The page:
Agree with Laural, sometimes a used package deal can be better depending on what all it comes with. In my area you can get full setups with lights, filters and stands usually with the aquarium at 1/4 the price of buying it all new, often times the lights aren't what you are going to want for a planted aquarium but it may get you started. When buying used aquariums, or the cheap $1-$2 a gallon aquariums, there are a few things you need to look for:
Your main focus needs to me on the silicon seals, make sure they look good, there aren't any gashes in them, no chunks missing, and when you press it with your finger it should be squishy not hard as a rock. Another test I do is where the glass meets in the corners on the outside edge, I will poke it with my thumb nail, it is feels squishy and does not leave a dent that is a good sign.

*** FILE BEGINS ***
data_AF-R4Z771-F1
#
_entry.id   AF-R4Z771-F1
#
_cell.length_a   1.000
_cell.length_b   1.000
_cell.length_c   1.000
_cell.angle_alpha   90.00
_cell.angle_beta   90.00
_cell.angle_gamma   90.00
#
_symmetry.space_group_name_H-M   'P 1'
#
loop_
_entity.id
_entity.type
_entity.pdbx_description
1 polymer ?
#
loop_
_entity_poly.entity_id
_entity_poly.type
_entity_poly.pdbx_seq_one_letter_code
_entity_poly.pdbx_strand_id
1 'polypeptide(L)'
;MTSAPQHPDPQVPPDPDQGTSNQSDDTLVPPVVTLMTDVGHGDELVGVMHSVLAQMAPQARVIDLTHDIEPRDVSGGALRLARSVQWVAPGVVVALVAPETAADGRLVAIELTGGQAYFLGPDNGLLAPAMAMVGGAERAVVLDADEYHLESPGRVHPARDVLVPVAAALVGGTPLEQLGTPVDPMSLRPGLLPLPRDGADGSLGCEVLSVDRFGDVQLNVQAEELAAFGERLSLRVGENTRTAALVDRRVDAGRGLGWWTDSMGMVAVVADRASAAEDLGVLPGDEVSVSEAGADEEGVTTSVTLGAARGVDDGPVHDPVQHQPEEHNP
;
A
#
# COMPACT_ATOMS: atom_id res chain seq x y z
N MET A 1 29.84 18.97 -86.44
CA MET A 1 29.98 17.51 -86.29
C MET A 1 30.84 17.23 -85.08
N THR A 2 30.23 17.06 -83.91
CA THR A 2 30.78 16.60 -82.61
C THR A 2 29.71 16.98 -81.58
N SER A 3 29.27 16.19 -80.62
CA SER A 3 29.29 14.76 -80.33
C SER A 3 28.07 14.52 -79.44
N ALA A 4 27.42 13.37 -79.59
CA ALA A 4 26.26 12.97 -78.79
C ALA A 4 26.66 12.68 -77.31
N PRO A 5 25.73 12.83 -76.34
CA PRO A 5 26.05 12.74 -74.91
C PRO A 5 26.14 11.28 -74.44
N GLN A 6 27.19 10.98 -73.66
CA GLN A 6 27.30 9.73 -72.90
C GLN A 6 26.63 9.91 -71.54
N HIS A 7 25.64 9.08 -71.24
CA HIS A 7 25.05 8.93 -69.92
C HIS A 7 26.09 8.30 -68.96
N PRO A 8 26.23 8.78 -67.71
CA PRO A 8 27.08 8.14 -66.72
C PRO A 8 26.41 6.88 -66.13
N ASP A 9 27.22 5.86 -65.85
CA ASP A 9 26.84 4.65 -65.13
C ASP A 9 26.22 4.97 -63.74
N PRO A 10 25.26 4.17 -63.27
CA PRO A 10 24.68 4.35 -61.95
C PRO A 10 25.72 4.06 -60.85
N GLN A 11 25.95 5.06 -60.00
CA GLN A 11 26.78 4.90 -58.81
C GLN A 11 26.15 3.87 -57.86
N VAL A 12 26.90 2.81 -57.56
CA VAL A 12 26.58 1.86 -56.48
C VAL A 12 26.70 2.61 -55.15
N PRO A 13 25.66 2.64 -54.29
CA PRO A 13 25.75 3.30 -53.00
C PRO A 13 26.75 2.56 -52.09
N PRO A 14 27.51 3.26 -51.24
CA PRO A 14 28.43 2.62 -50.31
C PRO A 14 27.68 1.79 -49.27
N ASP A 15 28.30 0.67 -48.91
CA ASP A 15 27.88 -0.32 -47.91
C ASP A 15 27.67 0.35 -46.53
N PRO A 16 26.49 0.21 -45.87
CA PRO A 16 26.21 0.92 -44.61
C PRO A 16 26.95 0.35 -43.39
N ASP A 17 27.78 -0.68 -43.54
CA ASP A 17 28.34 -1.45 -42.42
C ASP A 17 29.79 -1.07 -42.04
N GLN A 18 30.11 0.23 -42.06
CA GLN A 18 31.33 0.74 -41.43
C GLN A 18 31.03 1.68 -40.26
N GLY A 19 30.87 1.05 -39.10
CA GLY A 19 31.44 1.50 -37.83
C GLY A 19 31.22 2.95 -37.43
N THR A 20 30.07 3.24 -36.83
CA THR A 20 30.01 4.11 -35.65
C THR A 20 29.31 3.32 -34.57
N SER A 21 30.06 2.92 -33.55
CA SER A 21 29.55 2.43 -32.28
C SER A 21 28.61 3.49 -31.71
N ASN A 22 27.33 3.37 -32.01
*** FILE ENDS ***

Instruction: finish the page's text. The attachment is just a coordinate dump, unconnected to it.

Second focus should be on the glass, check all the corners for chips, missing chunks, and cracks, then check the entire glass surface, even the bottom! Give the glass a gentle push, it shouldn't bend but should give slightly (depending on thickness). Look at the front and back and check for any signs of bowing, this is a bad sign and any bowing is not acceptable to me. Take time and look at the plastic trim of the aquarium, look for cracks and missing pieces, if the aquarium has a center brace take time to look at it, grab it and bend it slightly back and forth and check for repairs, this is the most common thing to break on the trim.
If all of that looks good, if you are still unsure ask to fill it up, most people will let you fill it up, if they don't want to fill it up for you and you aren't 100% sure on it feel free to post pictures here or just pass on it, there are always nicer people out there. It is also good to take these steps when buying aquariums from the store, often times they are quickly made and mistakes happen.